Certainly can't leave out how masterful he plays the guitar, picking like Doc Watson one minute and then slipping a slide on to get way down in the alley. His licks rang out sharply picked notes smothered in the blues like pancakes with molasses. To get a taste visit his well designed website at www.doug-macleod.com He's got great video examples of his playing, documentation of all his recordings, lyrics of his tunes, guitar lesson offer, a highly impressive biography, etc...

Check out his music store for his stuff, which is a testament to just how long he's been at the blues gig. My favorite CD has always been Live As It Gets with Juke Logan. Maybe because Juke's a cracker jack harp man.

BUT There's A Time has just replaced it as my all-time favorite acoustic blues album. I did get to chat with Doug before and after his performance and testify as to what a nice gentlemen he is. As a harp player, I just had to ask him about George Smith.

I share this one tidbit, since many harp players are also gear heads. Like many of the legends of the instrument, Smith was far from it. Doug said he never, ever played through an amplifier and most he did to get ready for a performance was call out for a mike check.

Ricky Bush - A View Of The Blues


Go back to » www.doug-macleod.com

Archives Doug MacLeod Blues News

I've been a fan of Doug MacLeod for a long time and was thrilled that the blues fest booked him. Historically the fest never really gains a crowd until well after 4pm, so his 2:30 start time was sparsely populated. We were encouraged to drag chairs down close to the stage, which made for a more intimate setting. The crowd increased considerably by the end of his set. The Ol' blues veteran had them eating out of his hand with his first song. The man has an old soul full of insight and wisdom. Anyone unfamiliar with his music had to be totally surprised that the sound coming from the stage was by a white performer. In fact, I'd say if they'd been blind folded, they would assumed that the man was black and from another era. Even his stage patter oozes such authenticity, no doubt from the years he played with the real deals for predominantly black audiences for years.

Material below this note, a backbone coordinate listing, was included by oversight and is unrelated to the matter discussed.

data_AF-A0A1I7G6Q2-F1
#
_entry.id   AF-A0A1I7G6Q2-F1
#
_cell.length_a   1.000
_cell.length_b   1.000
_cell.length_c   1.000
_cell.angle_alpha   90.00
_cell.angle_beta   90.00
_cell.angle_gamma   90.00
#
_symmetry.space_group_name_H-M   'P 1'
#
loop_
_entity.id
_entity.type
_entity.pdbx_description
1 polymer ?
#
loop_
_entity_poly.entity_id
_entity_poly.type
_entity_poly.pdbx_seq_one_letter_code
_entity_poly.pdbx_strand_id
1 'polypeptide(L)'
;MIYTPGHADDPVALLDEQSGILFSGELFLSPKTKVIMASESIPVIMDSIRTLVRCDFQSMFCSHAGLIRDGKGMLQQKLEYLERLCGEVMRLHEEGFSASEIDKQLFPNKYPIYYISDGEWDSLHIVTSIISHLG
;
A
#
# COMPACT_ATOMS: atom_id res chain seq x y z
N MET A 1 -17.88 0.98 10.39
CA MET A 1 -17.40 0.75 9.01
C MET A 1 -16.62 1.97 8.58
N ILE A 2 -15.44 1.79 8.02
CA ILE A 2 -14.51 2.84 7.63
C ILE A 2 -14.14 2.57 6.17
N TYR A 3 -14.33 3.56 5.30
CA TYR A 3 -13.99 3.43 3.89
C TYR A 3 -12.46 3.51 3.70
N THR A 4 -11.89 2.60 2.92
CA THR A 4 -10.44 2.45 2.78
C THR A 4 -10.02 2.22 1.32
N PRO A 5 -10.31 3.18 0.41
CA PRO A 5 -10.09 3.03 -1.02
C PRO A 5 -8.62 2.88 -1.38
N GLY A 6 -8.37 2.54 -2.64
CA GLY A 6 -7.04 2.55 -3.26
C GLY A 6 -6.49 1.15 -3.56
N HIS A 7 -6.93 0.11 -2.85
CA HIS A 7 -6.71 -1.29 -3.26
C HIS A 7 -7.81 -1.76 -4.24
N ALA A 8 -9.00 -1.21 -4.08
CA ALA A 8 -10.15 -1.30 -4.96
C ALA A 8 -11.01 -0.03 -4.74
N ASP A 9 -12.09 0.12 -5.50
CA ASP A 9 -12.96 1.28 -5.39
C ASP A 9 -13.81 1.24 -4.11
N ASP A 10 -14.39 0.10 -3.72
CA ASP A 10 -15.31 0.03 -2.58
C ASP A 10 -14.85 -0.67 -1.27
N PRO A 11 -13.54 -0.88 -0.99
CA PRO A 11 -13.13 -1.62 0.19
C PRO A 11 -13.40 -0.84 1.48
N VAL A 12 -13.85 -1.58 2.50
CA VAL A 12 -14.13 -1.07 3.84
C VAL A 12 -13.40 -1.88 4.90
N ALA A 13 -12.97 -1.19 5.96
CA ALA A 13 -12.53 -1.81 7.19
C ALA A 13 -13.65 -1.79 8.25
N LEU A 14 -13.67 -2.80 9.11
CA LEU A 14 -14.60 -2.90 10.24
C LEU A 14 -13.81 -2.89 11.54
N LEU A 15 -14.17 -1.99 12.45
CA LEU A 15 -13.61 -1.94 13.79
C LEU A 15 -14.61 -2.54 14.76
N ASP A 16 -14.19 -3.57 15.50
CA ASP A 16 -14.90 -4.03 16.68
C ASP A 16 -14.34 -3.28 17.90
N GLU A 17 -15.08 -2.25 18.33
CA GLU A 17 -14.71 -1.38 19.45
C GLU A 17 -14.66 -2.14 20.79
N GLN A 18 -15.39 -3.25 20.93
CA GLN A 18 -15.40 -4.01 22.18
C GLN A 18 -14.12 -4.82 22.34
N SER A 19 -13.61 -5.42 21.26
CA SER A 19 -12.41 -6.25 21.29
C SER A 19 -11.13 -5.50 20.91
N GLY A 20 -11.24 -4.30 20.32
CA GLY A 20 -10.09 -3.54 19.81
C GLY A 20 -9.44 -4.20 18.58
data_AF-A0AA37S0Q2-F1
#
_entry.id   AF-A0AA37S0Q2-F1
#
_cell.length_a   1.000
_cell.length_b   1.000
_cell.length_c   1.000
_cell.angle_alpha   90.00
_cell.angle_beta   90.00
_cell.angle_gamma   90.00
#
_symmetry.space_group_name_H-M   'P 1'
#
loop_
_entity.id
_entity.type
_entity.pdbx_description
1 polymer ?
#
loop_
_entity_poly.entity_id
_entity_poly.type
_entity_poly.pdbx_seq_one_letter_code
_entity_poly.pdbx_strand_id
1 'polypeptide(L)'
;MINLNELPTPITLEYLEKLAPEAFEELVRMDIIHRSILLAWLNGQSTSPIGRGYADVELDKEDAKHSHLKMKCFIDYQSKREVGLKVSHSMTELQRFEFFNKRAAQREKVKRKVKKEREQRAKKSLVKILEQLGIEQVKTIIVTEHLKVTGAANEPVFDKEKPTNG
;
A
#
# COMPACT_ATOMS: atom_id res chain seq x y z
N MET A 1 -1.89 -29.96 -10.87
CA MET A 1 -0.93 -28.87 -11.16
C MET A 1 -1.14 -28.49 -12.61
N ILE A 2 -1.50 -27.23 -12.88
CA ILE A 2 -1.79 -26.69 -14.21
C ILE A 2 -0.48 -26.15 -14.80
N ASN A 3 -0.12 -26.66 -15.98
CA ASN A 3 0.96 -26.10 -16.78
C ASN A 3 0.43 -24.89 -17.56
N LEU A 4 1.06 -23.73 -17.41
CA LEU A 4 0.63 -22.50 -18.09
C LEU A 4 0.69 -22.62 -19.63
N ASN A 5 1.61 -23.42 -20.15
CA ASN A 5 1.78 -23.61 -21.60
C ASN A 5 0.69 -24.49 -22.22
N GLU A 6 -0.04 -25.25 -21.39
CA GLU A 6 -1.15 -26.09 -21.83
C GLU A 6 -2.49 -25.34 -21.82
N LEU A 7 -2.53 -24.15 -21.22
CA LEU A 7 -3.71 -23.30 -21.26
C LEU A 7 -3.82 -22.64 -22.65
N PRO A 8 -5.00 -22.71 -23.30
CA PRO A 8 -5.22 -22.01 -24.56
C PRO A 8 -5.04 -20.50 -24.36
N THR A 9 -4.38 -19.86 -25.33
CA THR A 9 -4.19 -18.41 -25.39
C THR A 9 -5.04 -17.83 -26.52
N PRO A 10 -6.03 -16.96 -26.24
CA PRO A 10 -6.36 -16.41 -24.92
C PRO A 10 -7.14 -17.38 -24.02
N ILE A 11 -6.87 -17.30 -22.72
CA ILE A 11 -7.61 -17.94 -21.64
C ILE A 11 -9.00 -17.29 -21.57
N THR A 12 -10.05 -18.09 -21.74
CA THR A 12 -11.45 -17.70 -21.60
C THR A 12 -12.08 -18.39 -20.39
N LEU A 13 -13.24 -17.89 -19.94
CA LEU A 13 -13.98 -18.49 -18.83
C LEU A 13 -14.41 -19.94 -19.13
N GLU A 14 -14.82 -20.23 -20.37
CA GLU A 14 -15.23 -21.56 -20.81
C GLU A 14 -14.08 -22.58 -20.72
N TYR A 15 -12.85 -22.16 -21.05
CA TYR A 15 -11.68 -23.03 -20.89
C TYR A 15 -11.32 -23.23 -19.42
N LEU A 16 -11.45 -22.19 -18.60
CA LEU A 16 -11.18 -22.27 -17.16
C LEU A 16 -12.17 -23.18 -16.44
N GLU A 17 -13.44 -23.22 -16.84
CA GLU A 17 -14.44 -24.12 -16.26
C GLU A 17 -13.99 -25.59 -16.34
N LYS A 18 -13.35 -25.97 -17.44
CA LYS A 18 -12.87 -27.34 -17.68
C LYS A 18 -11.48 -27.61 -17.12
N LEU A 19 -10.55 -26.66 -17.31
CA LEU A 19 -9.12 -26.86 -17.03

He performed nothing but his original music. He told tales preceding each and about each tune with equal doses of deep philosophy from what he learned  from his mentors (mentioning that they'd never use a word like philosophy), hilarious situations, heartbreaking situations, but with plenty of optimism thrown into the mix. Especially, optimism. One song in particular hit exactly on that theme about looking through life with "Brand New Eyes" from his Blues Music Award winning album, There's A Time, which also garnered him their Acoustic Blues Artist of the year. I have no intention of covering his set list here, just need to drive home the point that every song told a story that meant something deeply to him on his journeys through the blues, chocked full of every facet of human emotion. Those emotion left the stage and permeated the audience. Well, at least, it did for me. I felt what he must have felt as he wrote it and now sung it.


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Navasota Blues Festival Review

Gonna start with the man that George "Harmonica" Smith called Dubb. When Doug MacLeod played in his bands, he never corrected him and he's written many an article about his adventures with the legendary harp player in what used to be Blues Revue Magazine and is now simply Blue Music Magazine. He also spunned tails about his time with Pee Wee Crayton over the years for the same mag...

Friday, June 20, 2014